Agree entirely. As a nation they've been bent out of shape for many decades now.

     
    |
    Mark as:
  • Currently Being Moderated
    May 20, 2012 8:11 AM   in reply to shooternz

    If you need to replace many words with bleeps, then here's a handy shortcut for you.

     

    1. Find the first word you'd like to bleep
    2. Select the audio duration of that word
    3. Go to the Generate Tones dialog
    4. Select the tone settings you'd like (e.g. frequency, amplitude)
    5. [ OK ]
    6. Find the next word you'd like to bleep and select the duration for that word
    7. Use the "Repeat Last Command (no dialog)" command.
      1. Note: This command isn't in the menus by default, but you can find it in the keyboard shortcuts dialog and see the keyboard shortcut which is usually [ F3 ] or [ Shift ] + [ R ]
    8. Repeat steps 6-7 for each additional word

     

    So this allows you to apply the same tone to each word, and it will be intelligent about the selection length.

     
    |
    Mark as:
  • SteveG(AudioMasters)
    5,596 posts
    Oct 26, 2006
    Currently Being Moderated
    May 21, 2012 1:42 AM   in reply to SteveG(AudioMasters)

      [ edited by forum host - unbleeped explanation of bleeped word rebleeped for the same reason the original bleep was bleeped... ahem... ]

    Well I'm afraid that you've just reinforced the point about nanny states for me very effectively, and ruined the point of the anecdote in the process. Congratulations.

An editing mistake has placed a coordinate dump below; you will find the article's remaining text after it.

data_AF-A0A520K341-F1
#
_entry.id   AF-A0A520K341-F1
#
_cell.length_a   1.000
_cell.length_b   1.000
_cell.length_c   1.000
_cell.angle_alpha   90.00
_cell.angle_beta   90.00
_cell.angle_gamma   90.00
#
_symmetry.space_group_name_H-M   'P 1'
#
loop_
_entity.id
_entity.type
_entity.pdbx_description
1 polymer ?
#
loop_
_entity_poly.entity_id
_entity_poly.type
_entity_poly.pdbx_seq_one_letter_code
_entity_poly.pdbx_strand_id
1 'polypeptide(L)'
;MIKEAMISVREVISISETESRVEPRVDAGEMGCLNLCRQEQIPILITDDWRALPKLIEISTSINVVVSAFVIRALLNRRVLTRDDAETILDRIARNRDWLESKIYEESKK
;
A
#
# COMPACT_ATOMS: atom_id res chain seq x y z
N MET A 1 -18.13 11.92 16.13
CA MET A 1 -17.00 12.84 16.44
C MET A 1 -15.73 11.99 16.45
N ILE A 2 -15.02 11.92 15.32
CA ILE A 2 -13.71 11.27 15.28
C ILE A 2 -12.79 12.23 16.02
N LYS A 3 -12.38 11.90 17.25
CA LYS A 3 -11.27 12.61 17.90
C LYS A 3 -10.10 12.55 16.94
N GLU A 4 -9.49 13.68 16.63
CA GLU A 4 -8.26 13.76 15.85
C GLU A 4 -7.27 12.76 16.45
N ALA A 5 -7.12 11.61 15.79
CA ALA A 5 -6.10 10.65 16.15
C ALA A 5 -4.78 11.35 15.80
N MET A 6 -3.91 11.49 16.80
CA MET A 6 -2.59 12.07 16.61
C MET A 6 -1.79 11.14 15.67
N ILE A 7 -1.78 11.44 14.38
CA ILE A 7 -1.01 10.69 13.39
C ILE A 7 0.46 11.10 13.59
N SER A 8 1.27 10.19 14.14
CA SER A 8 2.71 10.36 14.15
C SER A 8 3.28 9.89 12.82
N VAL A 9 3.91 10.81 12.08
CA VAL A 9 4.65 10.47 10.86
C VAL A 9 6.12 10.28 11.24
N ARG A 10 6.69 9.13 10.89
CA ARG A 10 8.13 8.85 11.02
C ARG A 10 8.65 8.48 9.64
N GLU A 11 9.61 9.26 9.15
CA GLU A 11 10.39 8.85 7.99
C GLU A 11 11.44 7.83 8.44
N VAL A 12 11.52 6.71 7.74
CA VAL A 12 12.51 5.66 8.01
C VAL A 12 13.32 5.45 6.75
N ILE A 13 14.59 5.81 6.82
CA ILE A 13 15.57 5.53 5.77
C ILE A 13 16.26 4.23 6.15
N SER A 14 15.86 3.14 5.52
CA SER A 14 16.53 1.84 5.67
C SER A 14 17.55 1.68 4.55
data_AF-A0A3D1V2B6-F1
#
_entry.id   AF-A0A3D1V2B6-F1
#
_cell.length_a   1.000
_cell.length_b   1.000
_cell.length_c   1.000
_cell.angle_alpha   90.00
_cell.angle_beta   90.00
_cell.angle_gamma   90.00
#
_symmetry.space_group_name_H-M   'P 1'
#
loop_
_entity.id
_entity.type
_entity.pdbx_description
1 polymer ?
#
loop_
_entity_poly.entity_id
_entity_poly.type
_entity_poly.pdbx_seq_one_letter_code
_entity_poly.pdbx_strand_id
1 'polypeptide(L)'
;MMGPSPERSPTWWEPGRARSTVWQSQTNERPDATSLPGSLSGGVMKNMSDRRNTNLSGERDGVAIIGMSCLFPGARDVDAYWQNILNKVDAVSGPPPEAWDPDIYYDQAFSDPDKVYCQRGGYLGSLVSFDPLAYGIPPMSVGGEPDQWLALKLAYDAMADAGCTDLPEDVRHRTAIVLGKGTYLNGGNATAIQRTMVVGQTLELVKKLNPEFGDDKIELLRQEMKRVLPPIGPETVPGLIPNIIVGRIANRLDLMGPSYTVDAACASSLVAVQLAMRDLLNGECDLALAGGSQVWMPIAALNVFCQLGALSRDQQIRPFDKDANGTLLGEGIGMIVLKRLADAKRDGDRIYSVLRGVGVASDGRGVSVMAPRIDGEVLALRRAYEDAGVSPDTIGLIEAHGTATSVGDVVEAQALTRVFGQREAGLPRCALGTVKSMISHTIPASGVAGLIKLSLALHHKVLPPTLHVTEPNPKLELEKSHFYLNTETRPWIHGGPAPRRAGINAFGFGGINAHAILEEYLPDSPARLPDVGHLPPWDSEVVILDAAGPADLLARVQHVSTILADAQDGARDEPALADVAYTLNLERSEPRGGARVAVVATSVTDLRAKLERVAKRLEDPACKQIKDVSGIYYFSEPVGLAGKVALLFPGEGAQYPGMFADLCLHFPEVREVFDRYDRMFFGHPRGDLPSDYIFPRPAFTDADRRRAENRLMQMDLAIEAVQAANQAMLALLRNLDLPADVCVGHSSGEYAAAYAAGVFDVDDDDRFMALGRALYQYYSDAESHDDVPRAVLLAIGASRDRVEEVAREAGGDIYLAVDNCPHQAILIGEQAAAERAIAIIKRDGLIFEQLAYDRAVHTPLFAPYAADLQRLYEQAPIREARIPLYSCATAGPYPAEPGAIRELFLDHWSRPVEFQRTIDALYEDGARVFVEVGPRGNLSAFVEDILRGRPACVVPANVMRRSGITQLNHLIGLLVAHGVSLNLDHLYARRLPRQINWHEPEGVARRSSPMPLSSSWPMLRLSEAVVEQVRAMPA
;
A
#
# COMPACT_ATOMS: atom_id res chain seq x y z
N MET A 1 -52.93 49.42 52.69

|
    Mark as:
  • Currently Being Moderated
    May 21, 2012 2:11 AM   in reply to SteveG(AudioMasters)

    The rules about explicit language apply to everyone, irrespective of whether you're telling a joke or not. Your messages publish out to the email and RSS feeds, creating all manner of problems with syndication and corporate policies if they trigger a filter rule.

     

    SteveG(AudioMasters) wrote:

     

      [ edited by forum host - unbleeped explanation of bleeped word rebleeped for the same reason the original bleep was bleeped... ahem... ]

    Well I'm afraid that you've just reinforced the point about nanny states for me very effectively, and ruined the point of the anecdote in the process. Congratulations.

     
    |
    Mark as:
  • Currently Being Moderated
    May 21, 2012 2:26 AM   in reply to Dave Merchant

    So be it.  The rules apply to everyone.

     

    However, the point was that the American attitude to language is assinine and hyprocritical--and you've just proved the point completely!

     

    Thank goodness I live in a more enlightened and less puritanical country!

     
    |
    Mark as:
  • SteveG(AudioMasters)
    5,596 posts
    Oct 26, 2006
    Currently Being Moderated
    May 21, 2012 2:29 AM   in reply to Dave Merchant

    Dave Merchant wrote:

     

    The rules about explicit language apply to everyone, irrespective of whether you're telling a joke or not. Your messages publish out to the email and RSS feeds, creating all manner of problems with syndication and corporate policies if they trigger a filter rule.

     

     

    Firstly it wasn't a 'joke' - and secondly what was edited didn't trigger a filter rule. The words were chosen specifically not to. So I'm afraid that I'm not sure quite what point you are trying to make here?

     

    Oh, and thanks, Bob!

     
    |
    Mark as:

More Like This

  • Retrieving data ...

Bookmarked By (0)

Answers + Points = Status

  • 10 points awarded for Correct Answers
  • 5 points awarded for Helpful Answers
  • 10,000+ points
  • 1,001-10,000 points
  • 501-1,000 points
  • 5-500 points